Happy Tuesday! Each week on the blog I get to share some of what I have seen, read, and found interesting and thought provoking over the past week. To help make sense of all of these links, I have grouped them by the following categories: Church and Ministry Thought & Practice; Cross-Sector Collaboration; Leadership Thought & Practice; Millennials; Neighbor Love; Social Media & Blogging; Stewardship; and Miscellaneous. I hope that you enjoy these links!
Church and Ministry Thought & Practice
For those of you preparing for worship this coming weekend or preaching, I have a few helpful links for you. If you are following the revised common lectionary, consider these thoughts on “Lent 4C” from Bishop Michael Rinehart as well as from Rev. Dr. David Lose in, “Lent 4C: The Prodigal God.” Digging more into the gospel story, friend and professor Rev. Dr. Karoline Lewis writes and reminds that “Perspective Matters.” For a good listen on the Fourth Sunday in Lent, check out friends and professors Rev. Dr.’s Rolf Jacobson, Karoline Lewis, and Matt Skinner with their “Sermon Brainwave” Podcast. In wrestling with the gospel and New Testament lessons for this week, friend, pastor, and blogger Diane Roth wrote about the “Ministry of Reconciliation,” and just how messy and risky it is.
If you are following the narrative lecitonary, check out this “Commentary on Mark 12:28-44,” from N. Clayton Croy. To dig more into this text check out the Narrative Podcast featuring the thoughts of friends and professors Rev. Dr.’s Rolf Jacobson, Craig Koester, and Kathryn Schifferdecker.
I invite you to join this exciting “NOLA Liturgy Project with Tangled Blue.”
Big news out of Minnesota broke yesterday, as it was announced that “Youth Encounter Closes Its Doors” after 51 years of ministry.
Friend and pastor Brian Mundt shared this list and post by Rich Birch who wrote that, “Most Churches Will Make These 8 Mistakes This Year – Will Yours?” The mistakes noted include: worrying about keeping rather than reaching; under-investing in the next generation; playing it too safe; your next steps are non-strategic and unclear; not caring for the community; jack-of-all-trades pastors; treating the teaching lightly; not having fun.
My latest post from my role as mission developer at Messiah Lutheran Church shared all about “Theology Uncorked- and being out in the North County Community.”
Check out this post about one congregation named Kindred going through a brave and beautiful restart in “What’s in a name?” In a related story, Neil Ellis Orts wrote, “Restarting at Zero: Introducing the Pastor at Kindred Montrose.”
Hugh Ballou wrote about “Dumbing Down: How Church Leadership Has Set Up the Exodus.” I am more interested in this post by the second title and its potential implications, “The Nonprofit Entrepreneur: A New Way of Thinking about Church Leadership.” Check out the post and see what you think.
Friend, pastor, and blogger Eric Worringer shared these “Five tips for achieving lasting change in congregations” by Edie Gross. The tips offered include: empower lay leaders; play the long game; don’t get caught up in numbers; be authentic; and take programming beyond the walls of the institution.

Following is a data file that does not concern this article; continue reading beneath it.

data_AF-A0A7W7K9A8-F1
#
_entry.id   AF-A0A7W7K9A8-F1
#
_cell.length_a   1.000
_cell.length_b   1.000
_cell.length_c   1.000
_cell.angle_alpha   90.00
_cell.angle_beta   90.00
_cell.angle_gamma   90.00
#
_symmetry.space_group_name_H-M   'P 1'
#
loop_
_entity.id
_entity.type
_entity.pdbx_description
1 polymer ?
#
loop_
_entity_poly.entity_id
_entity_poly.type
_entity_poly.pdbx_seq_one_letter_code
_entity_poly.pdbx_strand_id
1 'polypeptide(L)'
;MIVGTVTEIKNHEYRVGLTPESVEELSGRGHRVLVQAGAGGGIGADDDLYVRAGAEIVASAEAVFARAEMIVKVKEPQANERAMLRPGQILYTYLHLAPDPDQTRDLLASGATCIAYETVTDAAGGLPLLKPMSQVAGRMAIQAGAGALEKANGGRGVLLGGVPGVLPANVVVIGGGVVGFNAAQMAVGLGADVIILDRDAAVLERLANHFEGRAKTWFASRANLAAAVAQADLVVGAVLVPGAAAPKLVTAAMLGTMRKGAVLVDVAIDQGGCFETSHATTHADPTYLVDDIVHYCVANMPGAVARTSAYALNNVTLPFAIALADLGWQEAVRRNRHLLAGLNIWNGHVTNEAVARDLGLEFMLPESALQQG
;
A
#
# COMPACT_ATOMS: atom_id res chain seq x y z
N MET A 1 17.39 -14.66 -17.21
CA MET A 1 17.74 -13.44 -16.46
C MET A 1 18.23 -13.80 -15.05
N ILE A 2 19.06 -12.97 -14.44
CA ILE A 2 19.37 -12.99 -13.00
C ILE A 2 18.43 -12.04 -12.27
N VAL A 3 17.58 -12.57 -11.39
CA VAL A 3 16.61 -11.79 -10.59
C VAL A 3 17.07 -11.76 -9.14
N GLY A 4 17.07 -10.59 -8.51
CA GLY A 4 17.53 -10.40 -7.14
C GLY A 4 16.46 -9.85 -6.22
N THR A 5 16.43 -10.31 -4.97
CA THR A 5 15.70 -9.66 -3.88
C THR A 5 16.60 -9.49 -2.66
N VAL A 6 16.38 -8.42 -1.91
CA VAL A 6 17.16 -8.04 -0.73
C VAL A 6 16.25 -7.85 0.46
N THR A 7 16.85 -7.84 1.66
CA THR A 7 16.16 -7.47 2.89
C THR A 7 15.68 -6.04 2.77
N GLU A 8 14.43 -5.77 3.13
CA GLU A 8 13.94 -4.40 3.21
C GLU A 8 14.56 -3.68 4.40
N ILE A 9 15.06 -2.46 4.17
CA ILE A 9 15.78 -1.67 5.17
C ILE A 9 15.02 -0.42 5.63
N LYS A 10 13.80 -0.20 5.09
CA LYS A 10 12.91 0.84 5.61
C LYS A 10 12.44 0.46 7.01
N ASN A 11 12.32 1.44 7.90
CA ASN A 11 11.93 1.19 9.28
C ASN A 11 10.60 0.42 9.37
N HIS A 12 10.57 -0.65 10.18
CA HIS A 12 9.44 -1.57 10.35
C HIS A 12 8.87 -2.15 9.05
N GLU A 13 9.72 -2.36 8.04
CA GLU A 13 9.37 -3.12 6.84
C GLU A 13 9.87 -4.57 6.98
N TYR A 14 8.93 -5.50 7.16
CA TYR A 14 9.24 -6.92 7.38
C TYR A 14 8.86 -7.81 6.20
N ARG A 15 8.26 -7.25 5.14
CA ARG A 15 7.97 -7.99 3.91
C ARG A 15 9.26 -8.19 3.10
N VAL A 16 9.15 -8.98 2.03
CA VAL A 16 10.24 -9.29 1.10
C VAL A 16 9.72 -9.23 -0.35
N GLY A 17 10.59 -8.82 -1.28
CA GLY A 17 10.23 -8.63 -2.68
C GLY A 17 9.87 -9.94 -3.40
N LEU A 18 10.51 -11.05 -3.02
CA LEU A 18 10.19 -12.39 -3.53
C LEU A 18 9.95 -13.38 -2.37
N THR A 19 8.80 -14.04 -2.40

The Evangelical Lutheran Church in America (ELCA) has had a motto for the past couple of years of, “God’s Work, Our Hands.” Dave Daubert makes a move in this post about the importance of giving voice and words writing, “In praise of service – and words,” with a possible revised motto, “God’s Work. Our Hands. God’s Word. Our Voice.” Give this a read and see what you think.
Stephen Lewis, President of FTE, wrote and shared about “Leading Differently: 12 Faith Leaders Shaping the Future.”
Pastor and blogger Nurya Love Parish shared, “7 Lessons from the Ash Wednesday Facebook Video Experiment,” and included reflection on the “Innovation Adoption Lifecycle.” Check out what Nurya learned and join in the innovation.
The Rev. Dr. Joelle Colville-Hanson shared some good thoughts about “Training youth to be Digital Missionaries.” Joelle begins this post by offering three assumptions which I generally share: that social media is a good thing; social media is real life; and the church needs to engage in social media.
Friend Dan Ruth shared this report by Mark Hrywna about how “Charity Watchdog is Reorganizing Evaluations, Rates Itself 4-stars.”
Peter Economy shared, “7 Powerful Lessons From the 2015 World Happiness Report.” Check out the lessons and see what you think.
Leadership Thought & Practice
Julian Stodd highlighted “10 Things a Social Leader Does.” Julian also wrote and shared that, “Everything Has Changed: Joining the Dots of the Social Age.”
Beth Kanter shared a look that is helpful both for leadership and non-profit organizations in explaining “Why Creating Space for Creative Time in the Nonprofit Workplace Improves Productivity.”
In news from the Pacific Northwest, Brynn Grimley reports that the University of Puget Sound (UPS) has named its 14th president, Dr. Isiaah Crawford.
Dan Forbes at Lead with Giants shared a guest post by Jennifer Warawa about the benefits and importance of “Giving Your People a Purpose: From Vision to Reality.”
Kelsey Libert wrote and explained that “Your Network’s Structure Matters More than Its Size.”
As you might guess there have been a few leadership posts written of late with political perspectives. David Smith, for example, offers this story about former Defense Secretary, Robert Gates who in viewing current Republican candidates’ leadership and views, believes that, “Republicans’ grasp of national security is at a child’s level.” In an example of the absence of leadership, The New York Times’ editorial board are calling out Senate Republicans of that lack of leadership in writing that the “Senate Republicans Lose Their Minds on a Supreme Court Seat.”